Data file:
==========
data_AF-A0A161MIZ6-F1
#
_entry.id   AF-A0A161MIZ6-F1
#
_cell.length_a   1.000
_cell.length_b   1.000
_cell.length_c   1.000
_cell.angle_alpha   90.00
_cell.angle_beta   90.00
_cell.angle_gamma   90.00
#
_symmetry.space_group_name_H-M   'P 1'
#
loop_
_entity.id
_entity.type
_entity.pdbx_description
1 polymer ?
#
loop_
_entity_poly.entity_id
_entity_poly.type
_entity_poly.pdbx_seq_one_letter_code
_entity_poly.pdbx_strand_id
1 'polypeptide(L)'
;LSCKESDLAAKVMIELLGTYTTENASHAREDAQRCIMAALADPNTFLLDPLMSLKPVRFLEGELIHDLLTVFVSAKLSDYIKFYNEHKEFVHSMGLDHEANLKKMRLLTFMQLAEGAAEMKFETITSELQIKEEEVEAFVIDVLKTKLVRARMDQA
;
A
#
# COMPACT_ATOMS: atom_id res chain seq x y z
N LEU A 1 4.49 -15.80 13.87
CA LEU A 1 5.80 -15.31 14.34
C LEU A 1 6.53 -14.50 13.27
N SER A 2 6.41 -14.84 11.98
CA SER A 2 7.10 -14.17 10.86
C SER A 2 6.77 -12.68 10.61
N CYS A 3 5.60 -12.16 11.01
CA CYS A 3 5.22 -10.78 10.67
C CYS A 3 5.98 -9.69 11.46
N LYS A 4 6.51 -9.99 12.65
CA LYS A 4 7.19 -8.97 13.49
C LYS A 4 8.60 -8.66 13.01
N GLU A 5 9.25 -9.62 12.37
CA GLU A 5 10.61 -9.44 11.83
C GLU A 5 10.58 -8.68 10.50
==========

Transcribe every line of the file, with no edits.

data_AF-A0A161MIZ6-F1
#
_entry.id   AF-A0A161MIZ6-F1
#
_cell.length_a   1.000
_cell.length_b   1.000
_cell.length_c   1.000
_cell.angle_alpha   90.00
_cell.angle_beta   90.00
_cell.angle_gamma   90.00
#
_symmetry.space_group_name_H-M   'P 1'
#
loop_
_entity.id
_entity.type
_entity.pdbx_description
1 polymer ?
#
loop_
_entity_poly.entity_id
_entity_poly.type
_entity_poly.pdbx_seq_one_letter_code
_entity_poly.pdbx_strand_id
1 'polypeptide(L)'
;LSCKESDLAAKVMIELLGTYTTENASHAREDAQRCIMAALADPNTFLLDPLMSLKPVRFLEGELIHDLLTVFVSAKLSDYIKFYNEHKEFVHSMGLDHEANLKKMRLLTFMQLAEGAAEMKFETITSELQIKEEEVEAFVIDVLKTKLVRARMDQA
;
A
#
# COMPACT_ATOMS: atom_id res chain seq x y z
N LEU A 1 4.49 -15.80 13.87
CA LEU A 1 5.80 -15.31 14.34
C LEU A 1 6.53 -14.50 13.27
N SER A 2 6.41 -14.84 11.98
CA SER A 2 7.10 -14.17 10.86
C SER A 2 6.77 -12.68 10.61
N CYS A 3 5.60 -12.16 11.01
CA CYS A 3 5.22 -10.78 10.67
C CYS A 3 5.98 -9.69 11.46
N LYS A 4 6.51 -9.99 12.65
CA LYS A 4 7.19 -8.97 13.49
C LYS A 4 8.60 -8.66 13.01
N GLU A 5 9.25 -9.62 12.37
CA GLU A 5 10.61 -9.44 11.83
C GLU A 5 10.58 -8.68 10.50